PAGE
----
Congress Frees Big Banks From Regulations That Kept Them Only Obscenely Profitable

Should be in every edition.

Terrific news for the oppressed small-to-great-big banks of America! Yesterday, the House passed its version of the banking bill, which will finally remove some of the regulations put in place on the banking industry after it crashed the economy in 2008. The bill, which undoes a lot of the Dodd-Frank regulatory structures designed to prevent banks from making risky gambles with publicly insured assets and to reduce the likelihood of another cascading financial failure like the 2008 crisis, will surely free the banking industry from the regulatory burdens that kept them from profitability for so long! How badly needed was this bill? Well, as CNN reported yesterday, American banks just had their most profitable quarter in history:

Bank profits soared by 28% during the first three months of 2018 to $56 billion, according to statistics published by the FDIC on Tuesday.

The blockbuster earnings report, boosted by President Donald Trump's tax cuts and the healthy economy, easily tops the prior record set just three quarters earlier.

Just think, if it weren't for regulations keeping the brakes on, banks could have REALLY made some money. As CNN notes,

The Dodd-Frank reform law was signed into law in July 2010 by former President Obama. Since then, bank profits have increased by 135% as the American economy climbed out of the Great Recession.

Talk about job-killing regulations, huh?

As we discussed when the Senate took its whack at rolling back Dodd-Frank, the new, slimmer regulations have been pitched to the public as necessary to save community banks, which were allegedly closing all over the place from the burden of complying with Dodd-Frank and its requirement that any bank with assets of $50 billion or more receive close scrutiny from the Federal Reserve, and undergo regular "stress tests" to ensure they can handle some big losses without causing a domino effect in the rest of the financial system.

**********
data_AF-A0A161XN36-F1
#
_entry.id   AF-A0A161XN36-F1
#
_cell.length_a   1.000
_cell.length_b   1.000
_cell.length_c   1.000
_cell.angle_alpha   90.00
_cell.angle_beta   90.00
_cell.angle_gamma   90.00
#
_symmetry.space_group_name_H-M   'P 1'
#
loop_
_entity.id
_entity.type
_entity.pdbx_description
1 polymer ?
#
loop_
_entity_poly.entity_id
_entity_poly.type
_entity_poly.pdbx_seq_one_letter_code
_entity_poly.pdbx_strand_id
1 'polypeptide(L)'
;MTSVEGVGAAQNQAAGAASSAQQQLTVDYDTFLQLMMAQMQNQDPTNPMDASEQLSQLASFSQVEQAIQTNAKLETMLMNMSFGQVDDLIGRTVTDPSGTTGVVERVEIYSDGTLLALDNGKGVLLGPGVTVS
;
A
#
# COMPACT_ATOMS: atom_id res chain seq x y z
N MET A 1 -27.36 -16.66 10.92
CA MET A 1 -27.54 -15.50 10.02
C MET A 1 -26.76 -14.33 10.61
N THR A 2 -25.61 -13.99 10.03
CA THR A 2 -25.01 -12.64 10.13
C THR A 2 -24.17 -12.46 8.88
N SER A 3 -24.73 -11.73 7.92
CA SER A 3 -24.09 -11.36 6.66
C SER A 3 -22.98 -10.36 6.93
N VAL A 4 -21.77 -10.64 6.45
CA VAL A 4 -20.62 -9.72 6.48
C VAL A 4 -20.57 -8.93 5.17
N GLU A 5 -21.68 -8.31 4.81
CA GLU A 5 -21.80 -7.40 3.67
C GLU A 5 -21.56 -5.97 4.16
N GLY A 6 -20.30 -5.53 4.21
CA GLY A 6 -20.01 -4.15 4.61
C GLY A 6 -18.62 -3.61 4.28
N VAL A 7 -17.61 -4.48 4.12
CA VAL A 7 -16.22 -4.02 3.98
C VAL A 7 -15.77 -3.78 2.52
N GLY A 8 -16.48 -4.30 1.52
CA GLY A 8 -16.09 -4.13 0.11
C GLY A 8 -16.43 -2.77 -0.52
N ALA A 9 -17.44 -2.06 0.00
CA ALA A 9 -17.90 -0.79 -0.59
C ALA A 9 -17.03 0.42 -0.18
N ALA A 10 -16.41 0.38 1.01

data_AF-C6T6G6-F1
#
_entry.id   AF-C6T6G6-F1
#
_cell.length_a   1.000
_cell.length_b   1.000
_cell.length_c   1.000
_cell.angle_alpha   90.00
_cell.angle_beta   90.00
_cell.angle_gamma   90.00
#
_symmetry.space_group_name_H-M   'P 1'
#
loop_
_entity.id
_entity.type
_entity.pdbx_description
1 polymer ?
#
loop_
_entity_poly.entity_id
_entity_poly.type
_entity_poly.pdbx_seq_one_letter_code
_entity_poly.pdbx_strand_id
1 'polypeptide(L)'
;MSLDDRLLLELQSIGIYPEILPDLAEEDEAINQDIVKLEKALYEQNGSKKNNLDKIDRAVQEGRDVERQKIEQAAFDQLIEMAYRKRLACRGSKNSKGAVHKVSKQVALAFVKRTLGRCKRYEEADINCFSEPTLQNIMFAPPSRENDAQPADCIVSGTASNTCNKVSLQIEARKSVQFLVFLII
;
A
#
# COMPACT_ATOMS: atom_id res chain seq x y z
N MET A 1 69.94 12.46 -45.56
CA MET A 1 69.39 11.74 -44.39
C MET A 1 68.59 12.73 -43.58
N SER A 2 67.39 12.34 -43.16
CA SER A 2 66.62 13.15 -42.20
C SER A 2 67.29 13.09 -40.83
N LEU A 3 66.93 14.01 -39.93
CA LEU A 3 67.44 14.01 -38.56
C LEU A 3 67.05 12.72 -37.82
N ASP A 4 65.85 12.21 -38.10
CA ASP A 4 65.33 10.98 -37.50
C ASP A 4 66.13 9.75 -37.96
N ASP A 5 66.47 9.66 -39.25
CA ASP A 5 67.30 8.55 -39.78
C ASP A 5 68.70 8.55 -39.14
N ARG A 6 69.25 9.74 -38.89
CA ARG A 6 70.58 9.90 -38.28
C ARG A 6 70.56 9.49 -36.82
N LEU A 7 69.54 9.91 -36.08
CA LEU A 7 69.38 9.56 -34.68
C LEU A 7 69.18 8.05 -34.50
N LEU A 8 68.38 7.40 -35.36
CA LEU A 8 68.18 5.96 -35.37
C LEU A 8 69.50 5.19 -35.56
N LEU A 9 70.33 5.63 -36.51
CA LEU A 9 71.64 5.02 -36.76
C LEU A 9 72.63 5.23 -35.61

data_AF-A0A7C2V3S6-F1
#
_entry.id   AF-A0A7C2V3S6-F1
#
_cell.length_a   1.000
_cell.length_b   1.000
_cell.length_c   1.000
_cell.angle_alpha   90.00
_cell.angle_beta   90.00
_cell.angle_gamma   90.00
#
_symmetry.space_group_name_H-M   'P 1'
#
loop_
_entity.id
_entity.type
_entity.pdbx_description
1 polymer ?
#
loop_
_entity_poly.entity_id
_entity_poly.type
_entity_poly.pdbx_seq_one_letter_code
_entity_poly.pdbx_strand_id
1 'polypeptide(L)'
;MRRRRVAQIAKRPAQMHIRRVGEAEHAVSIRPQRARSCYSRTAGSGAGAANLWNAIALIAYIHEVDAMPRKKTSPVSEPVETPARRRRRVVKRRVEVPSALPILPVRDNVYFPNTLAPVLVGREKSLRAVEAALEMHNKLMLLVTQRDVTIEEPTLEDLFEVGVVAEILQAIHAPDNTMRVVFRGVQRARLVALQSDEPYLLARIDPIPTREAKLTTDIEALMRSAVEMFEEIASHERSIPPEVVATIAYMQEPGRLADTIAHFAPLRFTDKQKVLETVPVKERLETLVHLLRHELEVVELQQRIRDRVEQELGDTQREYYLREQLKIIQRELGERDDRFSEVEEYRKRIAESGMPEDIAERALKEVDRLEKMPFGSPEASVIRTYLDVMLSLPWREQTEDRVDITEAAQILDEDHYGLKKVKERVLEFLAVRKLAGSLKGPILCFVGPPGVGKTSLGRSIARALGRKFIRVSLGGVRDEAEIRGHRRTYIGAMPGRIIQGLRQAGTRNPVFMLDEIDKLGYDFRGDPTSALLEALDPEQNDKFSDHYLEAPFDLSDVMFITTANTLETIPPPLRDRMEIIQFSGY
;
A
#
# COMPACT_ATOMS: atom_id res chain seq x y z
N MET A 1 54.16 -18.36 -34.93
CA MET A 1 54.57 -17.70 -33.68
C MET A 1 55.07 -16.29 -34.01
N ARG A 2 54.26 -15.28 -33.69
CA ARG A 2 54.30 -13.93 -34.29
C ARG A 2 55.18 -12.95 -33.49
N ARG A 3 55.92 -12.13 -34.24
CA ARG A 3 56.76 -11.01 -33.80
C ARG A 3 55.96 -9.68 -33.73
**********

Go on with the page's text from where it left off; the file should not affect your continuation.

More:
As Vox notes, however,

community banks aren’t exactly suffering financially: According to the FDIC, community banks reported increases in net income from the year before in every quarter of 2017.

The threshold for close scrutiny by the Fed has now been raised to $250 billion, which means a whole lot of large regional banks will also be free of having to show they can handle significant losses. That's not a trifling matter -- while the very biggest banks will still have to prove they can fail without dragging the economy down with them, former congressman Barney Frank, the lead sponsor of the post-recession fixes, warns that while the failure of a single biggish bank might not cause a recession,

the failure of two or three such institutions would put us in “Lehman Brothers territory,” referring to the investment bank that filed for bankruptcy in September 2008, precipitating the financial crisis. Countrywide Financial, one of the country’s largest subprime mortgage lenders that was at the center of the 2008 mortgage crisis, had assets in the $210 billion range before it failed.

Frank has previously said he thought the $50 billion floor for closer scrutiny was too low, and had caused problems for smaller banks, but that he thought a more reasonable fix would be to require close regulation of institutions once they reach $125 billion in assets.

Oh, golly, and just as Congress let car dealers off the hook from a regulation preventing discrimination in auto loans, this bill will roll back anti-discrimination rules in lending by banks. Heck, if you can't screw minorities, why even run a bank?

The new law will also allow foreign megabanks to avoid regulatory scrutiny by setting up US holding companies that can pretend they're good old flag-waving US businesses.

There's lots more, including a provision to let smaller institutions play fast and loose with home mortgages, because how could those ever cause trouble, huh? But the really important thing to remember here is that Congress has proven that it can get something done on a bipartisan basis: Slobbering all over the financial sector that keeps members flush with campaign donations. Truly, we are about to be Great Again, and if the whole thing results in another financial crisis, we can always blame poor people for owning refrigerators and getting talked into bad loans that leave them homeless.

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[CNN Money / Vox / WaPo]

Doktor Zoom

Doktor Zoom's real name is Marty Kelley, and he lives in the wilds of Boise, Idaho. He is not a medical doctor, but does have a real PhD in Rhetoric. You should definitely donate some money to this little mommyblog where he has finally found acceptance and cat pictures. He is on maternity leave until 2033. Here is his Twitter, also. His quest to avoid prolixity is not going so great.


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